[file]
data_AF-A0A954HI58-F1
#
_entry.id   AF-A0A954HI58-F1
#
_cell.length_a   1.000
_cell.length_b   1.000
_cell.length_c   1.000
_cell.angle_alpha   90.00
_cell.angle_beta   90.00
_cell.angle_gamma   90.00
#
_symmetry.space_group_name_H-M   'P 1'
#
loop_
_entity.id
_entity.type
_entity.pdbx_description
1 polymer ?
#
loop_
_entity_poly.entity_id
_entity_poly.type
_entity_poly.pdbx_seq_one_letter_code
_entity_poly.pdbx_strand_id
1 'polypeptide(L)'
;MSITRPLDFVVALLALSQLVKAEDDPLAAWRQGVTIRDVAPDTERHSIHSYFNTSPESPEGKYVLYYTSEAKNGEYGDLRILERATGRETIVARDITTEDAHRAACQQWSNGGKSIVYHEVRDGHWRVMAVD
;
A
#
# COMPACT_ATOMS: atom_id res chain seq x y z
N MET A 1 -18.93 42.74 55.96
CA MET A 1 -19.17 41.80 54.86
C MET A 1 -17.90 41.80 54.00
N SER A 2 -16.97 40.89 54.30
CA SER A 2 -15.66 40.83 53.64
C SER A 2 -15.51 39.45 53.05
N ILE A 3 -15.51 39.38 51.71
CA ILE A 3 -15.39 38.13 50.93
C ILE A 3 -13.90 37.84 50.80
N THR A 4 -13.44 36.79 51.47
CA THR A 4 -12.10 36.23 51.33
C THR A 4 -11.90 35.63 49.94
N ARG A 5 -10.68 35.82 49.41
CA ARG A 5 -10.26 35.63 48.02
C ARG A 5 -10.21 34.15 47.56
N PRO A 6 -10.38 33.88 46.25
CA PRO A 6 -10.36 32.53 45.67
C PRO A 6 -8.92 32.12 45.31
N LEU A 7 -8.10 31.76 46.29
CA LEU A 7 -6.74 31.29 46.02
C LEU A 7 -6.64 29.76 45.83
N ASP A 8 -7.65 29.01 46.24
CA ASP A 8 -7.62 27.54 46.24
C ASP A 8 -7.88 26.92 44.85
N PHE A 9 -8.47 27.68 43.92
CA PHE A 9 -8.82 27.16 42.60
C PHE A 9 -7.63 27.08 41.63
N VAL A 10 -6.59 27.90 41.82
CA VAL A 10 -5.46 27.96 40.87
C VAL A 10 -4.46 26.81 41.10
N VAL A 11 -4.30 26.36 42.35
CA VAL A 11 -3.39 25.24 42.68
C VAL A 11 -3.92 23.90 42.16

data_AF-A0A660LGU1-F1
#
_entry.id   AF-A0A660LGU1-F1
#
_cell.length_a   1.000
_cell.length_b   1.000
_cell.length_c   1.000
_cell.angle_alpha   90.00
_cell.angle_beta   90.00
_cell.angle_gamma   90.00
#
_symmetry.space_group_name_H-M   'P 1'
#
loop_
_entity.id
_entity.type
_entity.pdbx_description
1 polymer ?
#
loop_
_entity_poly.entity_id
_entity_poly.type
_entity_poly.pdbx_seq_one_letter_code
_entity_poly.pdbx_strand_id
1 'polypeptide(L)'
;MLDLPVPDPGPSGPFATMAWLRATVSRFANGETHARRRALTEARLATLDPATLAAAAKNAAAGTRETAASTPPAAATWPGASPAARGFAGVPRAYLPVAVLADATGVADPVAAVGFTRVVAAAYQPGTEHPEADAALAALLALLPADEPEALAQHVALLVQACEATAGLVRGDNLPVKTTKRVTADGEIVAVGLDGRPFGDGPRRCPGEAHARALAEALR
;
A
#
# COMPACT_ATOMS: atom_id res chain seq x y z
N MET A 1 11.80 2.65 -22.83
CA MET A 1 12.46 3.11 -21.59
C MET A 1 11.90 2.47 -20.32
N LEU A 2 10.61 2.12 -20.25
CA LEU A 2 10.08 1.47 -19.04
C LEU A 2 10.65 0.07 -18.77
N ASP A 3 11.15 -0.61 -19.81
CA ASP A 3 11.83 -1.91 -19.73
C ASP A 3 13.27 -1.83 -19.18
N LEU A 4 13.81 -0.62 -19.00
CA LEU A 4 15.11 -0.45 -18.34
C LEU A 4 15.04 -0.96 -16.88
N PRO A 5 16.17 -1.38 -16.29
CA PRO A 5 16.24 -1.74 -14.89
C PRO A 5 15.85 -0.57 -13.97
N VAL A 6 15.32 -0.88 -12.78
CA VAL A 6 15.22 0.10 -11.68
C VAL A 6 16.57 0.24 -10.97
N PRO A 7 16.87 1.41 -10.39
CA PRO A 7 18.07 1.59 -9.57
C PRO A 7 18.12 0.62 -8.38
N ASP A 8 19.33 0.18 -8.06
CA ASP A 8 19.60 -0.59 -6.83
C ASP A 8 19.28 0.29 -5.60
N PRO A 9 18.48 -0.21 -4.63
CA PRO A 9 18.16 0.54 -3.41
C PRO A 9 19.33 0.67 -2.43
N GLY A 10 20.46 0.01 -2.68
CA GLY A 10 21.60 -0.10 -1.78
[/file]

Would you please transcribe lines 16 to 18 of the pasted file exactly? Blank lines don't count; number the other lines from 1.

_entity.type
_entity.pdbx_description
1 polymer ?